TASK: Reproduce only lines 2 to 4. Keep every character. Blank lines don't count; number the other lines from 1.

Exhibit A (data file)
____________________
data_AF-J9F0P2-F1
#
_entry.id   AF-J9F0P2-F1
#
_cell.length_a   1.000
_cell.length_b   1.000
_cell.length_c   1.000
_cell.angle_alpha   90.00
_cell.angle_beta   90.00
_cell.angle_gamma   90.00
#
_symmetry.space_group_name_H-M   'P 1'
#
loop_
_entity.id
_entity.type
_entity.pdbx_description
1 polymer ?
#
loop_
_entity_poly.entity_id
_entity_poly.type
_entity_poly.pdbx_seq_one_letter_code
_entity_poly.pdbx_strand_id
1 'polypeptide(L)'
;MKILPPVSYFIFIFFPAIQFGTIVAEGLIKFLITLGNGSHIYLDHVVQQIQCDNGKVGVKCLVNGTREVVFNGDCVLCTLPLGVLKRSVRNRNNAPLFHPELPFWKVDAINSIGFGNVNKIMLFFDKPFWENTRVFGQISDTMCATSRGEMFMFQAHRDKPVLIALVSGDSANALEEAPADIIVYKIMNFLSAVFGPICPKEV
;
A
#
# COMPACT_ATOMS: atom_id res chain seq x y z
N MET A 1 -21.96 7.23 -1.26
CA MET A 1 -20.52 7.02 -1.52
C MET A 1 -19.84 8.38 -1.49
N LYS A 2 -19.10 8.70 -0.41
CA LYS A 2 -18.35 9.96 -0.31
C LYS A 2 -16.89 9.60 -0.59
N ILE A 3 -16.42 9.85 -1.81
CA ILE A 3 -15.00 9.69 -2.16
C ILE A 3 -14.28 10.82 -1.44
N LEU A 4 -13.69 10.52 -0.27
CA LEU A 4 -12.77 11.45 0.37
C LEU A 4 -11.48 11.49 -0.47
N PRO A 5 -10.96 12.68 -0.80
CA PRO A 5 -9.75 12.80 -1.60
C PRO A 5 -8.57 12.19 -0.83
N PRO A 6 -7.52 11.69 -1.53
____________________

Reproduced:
#
_entry.id   AF-J9F0P2-F1
#